Katherine Dines
CMN Board, Song Library Committee
Carl is rock solid, a team player, adds valuable input to any task, constructs every bit and byte of digital information CMN uses (PIO! and our website), and completes every job within deadlines and with a smile. As importantly, Carl embodies the spirit of CMN and cares deeply about CMN’s vision and values. So please join all of us board members and...give a hand to CARL FOOTE!

Carole Stephens
CMN member
In 2004, I drew Carl a miserable home page idea. In pencil. And crayon. He sent me a first stab at what would become MacaroniSoup.com and our collaboration began. Carl Foote—unassuming, gentle, funny, thoughtful, a good listener, and wonderfully creative. He still does my updates—and I consider him a friend.

The original site design was a sort of starter model, and a revamp was undertaken before long by Carl and a second tech/design volunteer. When the national disaster of September 11, 2001 hit, the site had technical capabilities in place to allow quick creation of the Peace Resources pages. A committee worked to secure a substantial grant from the Dodge Foundation to expand the resource, which also covered—finally!—payment for Carl’s services, allowing him to devote more of his time to CMN. With electronic services increasingly important to CMN, Carl’s paid work had become an ongoing necessity.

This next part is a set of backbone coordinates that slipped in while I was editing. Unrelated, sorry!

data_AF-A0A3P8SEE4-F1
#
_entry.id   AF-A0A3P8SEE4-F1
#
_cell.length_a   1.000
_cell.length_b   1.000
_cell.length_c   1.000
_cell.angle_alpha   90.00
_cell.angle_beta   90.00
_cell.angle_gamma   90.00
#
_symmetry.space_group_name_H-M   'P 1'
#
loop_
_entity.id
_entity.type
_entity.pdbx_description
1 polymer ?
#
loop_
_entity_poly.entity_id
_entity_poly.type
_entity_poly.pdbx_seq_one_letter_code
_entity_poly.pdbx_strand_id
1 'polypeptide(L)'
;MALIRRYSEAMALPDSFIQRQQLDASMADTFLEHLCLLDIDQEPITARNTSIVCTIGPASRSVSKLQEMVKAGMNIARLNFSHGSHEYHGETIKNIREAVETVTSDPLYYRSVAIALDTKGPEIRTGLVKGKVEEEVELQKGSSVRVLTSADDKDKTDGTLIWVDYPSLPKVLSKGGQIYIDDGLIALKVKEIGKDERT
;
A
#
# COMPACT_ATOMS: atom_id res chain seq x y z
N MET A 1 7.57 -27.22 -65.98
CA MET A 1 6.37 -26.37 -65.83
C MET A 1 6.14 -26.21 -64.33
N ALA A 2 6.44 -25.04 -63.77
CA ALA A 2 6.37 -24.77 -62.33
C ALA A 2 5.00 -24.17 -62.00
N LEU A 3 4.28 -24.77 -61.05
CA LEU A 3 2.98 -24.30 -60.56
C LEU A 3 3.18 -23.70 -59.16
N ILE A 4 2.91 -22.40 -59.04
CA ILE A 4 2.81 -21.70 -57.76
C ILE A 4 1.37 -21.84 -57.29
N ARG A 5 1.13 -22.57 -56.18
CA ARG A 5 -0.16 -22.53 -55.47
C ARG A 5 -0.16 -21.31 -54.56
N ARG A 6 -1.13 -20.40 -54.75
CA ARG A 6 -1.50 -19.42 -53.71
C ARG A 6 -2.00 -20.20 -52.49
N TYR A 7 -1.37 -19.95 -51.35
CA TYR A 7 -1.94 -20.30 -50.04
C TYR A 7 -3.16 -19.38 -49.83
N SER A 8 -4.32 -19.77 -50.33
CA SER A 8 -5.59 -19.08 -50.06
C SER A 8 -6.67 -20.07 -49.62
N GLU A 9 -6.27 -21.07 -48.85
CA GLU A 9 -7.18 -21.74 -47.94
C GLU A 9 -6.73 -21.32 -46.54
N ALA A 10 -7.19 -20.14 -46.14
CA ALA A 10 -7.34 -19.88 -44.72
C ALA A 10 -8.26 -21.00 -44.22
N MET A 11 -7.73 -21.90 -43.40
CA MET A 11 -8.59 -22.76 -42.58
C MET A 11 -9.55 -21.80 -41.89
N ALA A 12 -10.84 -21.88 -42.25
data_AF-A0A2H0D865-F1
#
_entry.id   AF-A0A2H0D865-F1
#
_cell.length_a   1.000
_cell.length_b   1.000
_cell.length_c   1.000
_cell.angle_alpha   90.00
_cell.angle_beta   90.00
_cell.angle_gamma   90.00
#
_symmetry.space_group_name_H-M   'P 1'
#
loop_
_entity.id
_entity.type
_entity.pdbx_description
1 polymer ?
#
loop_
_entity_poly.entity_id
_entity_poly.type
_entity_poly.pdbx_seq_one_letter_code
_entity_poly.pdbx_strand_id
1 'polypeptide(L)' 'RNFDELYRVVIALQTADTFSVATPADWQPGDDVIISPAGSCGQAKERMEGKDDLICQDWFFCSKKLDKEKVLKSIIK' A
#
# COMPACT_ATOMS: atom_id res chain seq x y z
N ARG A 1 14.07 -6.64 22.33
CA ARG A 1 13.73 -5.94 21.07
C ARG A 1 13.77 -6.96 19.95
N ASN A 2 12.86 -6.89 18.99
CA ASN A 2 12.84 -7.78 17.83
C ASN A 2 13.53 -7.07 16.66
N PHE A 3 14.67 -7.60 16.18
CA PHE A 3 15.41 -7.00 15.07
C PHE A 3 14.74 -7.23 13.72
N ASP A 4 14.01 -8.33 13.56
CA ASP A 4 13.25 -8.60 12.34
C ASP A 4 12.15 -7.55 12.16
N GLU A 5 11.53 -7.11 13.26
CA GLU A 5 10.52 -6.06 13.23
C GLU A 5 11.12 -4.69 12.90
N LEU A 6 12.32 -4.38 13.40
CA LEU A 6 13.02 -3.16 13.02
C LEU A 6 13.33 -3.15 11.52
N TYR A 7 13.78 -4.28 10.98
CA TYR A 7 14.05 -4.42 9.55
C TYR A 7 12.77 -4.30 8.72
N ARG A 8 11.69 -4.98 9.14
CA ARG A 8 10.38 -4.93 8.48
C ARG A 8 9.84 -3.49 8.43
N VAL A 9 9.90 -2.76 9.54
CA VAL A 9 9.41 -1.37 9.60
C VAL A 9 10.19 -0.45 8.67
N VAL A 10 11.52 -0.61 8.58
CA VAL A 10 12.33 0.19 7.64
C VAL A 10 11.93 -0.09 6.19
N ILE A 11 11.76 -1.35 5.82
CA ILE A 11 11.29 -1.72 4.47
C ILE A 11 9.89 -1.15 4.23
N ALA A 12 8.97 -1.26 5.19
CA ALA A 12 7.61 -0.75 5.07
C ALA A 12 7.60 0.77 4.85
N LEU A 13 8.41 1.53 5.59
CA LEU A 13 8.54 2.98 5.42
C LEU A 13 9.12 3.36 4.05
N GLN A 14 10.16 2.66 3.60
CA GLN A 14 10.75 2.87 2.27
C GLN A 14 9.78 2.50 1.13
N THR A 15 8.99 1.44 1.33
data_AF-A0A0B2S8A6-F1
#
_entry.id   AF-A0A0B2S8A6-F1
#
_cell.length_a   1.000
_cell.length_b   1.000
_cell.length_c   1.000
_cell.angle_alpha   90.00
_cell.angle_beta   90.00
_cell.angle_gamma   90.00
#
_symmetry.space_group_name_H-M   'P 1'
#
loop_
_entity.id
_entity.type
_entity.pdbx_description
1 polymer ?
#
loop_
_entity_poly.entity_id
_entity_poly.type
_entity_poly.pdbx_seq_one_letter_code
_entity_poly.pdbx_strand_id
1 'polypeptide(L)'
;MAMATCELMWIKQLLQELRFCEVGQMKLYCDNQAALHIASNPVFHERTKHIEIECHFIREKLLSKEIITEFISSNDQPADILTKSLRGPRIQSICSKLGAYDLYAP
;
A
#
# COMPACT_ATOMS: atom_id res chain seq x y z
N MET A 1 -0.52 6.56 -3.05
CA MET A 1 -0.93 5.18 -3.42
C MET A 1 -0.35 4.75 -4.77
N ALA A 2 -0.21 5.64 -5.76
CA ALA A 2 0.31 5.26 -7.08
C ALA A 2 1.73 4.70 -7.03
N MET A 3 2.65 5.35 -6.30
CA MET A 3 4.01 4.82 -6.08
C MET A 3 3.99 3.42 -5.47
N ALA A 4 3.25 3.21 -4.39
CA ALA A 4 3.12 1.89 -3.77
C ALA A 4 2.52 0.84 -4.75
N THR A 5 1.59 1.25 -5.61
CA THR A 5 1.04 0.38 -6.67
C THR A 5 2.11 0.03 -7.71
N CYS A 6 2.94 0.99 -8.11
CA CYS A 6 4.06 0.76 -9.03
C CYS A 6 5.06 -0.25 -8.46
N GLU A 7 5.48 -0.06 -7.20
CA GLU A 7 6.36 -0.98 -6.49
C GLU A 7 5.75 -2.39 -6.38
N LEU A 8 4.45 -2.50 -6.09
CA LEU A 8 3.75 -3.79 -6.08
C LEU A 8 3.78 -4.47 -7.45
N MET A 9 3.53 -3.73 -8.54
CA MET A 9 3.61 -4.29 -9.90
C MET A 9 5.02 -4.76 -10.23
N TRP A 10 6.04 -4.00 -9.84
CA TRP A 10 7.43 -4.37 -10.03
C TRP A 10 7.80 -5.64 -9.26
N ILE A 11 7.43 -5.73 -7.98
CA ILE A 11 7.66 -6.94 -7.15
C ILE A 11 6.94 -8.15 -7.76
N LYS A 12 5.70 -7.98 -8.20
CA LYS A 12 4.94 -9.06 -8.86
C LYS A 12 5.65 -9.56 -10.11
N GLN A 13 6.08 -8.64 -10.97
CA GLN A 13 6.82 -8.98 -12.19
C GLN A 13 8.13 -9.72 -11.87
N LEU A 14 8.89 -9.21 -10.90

There are a couple of chunks of work I did with Carl the process of which had for me something of the feel of magic because of the transformation that occurred. One was the member directory that originally existed as a database that lived in my office computer and periodically took on the alternative form of ink on paper. When it became possible to put the directory on the website, everything had to be designed and programmed not only for user presentation but also to integrate with the membership system and office records. Naturally, it took a lot of time to hash out, especially since one of the hashers knew the content, information outcome needs, policies, and such, but only a sliver of the relevant technical stuff, while the other’s knowledge skewed more in the reverse direction. Thank goodness Carl is one of those wonders in a technical field who is able to—and willing to—explain things intelligibly to the tech untutored.

Magnify the directory effort and you have some notion of the process of transforming our Pass It On! journal’s print “body” into an entity wholly digital in its makeup. Carl and I spent many hours mentally picking apart all of the pieces and details of a finished PIO! issue and thinking out how to reshape and reintegrate them to form the digital scaffold for the new version. His explanatory abilities and patience were given a good workout. This project, too, had the feel of a metamorphosis resulting in a new, exotic organism. Once again, Carl had offered ideas, solutions, and alternatives, framed with the eye of an artist. No doubt any CMNer who has had occasion to work with him could tell of a similar collaboration experience.